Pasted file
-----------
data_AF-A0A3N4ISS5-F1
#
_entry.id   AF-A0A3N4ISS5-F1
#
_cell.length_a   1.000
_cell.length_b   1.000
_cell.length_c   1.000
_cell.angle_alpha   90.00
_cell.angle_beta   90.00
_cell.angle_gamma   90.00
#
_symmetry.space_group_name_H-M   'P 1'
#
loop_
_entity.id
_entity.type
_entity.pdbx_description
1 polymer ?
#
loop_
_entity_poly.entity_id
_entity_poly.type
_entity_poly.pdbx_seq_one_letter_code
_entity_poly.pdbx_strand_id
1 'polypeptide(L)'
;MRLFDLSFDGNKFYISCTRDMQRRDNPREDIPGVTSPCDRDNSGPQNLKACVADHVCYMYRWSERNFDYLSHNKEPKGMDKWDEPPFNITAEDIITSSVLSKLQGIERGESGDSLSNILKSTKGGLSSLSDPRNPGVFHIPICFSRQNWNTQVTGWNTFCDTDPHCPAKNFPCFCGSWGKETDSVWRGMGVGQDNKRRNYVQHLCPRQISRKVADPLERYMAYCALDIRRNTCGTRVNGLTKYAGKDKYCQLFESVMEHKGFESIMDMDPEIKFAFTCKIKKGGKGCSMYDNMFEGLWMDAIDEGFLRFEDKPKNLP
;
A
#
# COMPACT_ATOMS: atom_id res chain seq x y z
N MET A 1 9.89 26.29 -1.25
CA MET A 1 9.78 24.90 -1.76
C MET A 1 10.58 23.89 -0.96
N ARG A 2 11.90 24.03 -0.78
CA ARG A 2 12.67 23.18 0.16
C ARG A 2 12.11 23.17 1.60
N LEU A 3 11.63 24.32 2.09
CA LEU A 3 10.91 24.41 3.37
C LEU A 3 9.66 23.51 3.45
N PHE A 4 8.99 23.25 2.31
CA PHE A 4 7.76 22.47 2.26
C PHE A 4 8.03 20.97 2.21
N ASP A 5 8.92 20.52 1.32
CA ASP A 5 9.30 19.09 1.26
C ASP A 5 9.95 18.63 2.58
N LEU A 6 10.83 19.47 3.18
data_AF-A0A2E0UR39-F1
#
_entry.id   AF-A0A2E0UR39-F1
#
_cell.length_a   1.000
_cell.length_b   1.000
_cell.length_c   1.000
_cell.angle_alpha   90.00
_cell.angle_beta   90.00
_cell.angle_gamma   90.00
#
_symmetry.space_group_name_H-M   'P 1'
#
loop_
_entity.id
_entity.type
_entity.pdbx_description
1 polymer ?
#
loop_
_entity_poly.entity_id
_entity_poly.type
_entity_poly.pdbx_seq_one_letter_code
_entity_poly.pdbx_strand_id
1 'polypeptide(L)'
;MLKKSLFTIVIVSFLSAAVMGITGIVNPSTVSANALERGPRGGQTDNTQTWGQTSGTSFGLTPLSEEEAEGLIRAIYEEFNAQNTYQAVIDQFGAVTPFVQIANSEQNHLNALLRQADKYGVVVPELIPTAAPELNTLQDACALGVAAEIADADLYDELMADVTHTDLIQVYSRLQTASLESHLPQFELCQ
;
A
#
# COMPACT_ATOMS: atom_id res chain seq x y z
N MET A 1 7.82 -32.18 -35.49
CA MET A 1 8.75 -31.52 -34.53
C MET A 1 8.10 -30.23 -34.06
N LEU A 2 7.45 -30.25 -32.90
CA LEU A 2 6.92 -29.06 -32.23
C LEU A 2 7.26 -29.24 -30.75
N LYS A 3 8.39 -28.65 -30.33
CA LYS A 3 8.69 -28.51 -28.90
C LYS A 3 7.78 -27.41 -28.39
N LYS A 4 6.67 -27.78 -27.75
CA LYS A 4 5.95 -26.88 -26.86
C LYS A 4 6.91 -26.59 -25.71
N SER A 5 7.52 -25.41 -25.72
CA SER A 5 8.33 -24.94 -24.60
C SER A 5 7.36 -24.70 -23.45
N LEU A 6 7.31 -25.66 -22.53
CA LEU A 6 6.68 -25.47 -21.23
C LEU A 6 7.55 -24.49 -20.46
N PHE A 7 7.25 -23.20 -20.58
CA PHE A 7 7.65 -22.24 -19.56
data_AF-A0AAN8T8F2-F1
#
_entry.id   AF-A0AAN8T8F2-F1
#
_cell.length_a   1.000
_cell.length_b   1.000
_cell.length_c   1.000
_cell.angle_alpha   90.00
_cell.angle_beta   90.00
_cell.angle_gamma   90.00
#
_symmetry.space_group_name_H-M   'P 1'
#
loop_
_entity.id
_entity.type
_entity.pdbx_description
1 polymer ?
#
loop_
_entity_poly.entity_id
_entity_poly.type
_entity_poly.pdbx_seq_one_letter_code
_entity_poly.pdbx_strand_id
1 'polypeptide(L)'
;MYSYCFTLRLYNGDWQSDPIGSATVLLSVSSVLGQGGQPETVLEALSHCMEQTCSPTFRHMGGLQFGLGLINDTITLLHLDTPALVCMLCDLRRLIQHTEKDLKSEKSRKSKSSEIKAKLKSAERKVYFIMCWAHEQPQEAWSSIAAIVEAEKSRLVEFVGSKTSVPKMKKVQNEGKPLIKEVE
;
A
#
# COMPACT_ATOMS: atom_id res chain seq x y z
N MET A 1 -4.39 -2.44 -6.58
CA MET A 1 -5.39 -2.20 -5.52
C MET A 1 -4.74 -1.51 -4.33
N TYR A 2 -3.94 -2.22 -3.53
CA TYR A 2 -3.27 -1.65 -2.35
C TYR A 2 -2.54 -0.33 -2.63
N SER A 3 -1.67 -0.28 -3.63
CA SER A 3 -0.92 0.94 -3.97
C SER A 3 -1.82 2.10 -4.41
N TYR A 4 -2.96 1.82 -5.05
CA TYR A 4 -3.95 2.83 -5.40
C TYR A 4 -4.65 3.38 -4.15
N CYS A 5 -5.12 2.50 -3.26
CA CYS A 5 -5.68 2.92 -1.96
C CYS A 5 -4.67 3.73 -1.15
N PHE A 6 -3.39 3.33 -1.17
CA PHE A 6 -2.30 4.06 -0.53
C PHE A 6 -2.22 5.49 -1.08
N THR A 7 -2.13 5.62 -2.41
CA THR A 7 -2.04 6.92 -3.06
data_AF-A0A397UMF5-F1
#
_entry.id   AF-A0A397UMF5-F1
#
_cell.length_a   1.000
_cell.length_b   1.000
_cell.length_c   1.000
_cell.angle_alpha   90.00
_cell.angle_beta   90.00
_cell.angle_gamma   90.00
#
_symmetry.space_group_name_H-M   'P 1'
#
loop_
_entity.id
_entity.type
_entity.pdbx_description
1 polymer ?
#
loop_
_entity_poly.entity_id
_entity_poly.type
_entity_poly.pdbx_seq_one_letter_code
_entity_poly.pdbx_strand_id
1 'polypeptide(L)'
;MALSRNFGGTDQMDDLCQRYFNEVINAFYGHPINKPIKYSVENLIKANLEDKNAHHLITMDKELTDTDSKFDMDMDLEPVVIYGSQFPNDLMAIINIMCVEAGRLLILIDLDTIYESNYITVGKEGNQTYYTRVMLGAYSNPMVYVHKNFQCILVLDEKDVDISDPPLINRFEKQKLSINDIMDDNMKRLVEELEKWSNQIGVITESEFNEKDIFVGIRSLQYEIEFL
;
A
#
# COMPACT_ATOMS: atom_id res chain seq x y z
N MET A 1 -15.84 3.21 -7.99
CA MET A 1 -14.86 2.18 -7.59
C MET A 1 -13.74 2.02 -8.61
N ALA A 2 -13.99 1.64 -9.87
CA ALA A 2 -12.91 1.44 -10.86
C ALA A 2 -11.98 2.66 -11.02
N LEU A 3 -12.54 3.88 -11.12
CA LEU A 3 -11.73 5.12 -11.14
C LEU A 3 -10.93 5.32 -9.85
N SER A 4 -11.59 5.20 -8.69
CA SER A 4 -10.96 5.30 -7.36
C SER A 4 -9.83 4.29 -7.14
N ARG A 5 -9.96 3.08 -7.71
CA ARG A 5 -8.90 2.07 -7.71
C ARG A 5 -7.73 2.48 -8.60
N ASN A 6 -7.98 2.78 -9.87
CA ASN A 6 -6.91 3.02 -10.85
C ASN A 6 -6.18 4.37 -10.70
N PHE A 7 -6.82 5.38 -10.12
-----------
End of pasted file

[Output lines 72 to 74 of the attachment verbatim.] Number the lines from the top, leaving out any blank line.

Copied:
;MLKKSLFTIVIVSFLSAAVMGITGIVNPSTVSANALERGPRGGQTDNTQTWGQTSGTSFGLTPLSEEEAEGLIRAIYEEFNAQNTYQAVIDQFGAVTPFVQIANSEQNHLNALLRQADKYGVVVPELIPTAAPELNTLQDACALGVAAEIADADLYDELMADVTHTDLIQVYSRLQTASLESHLPQFELCQ
;
A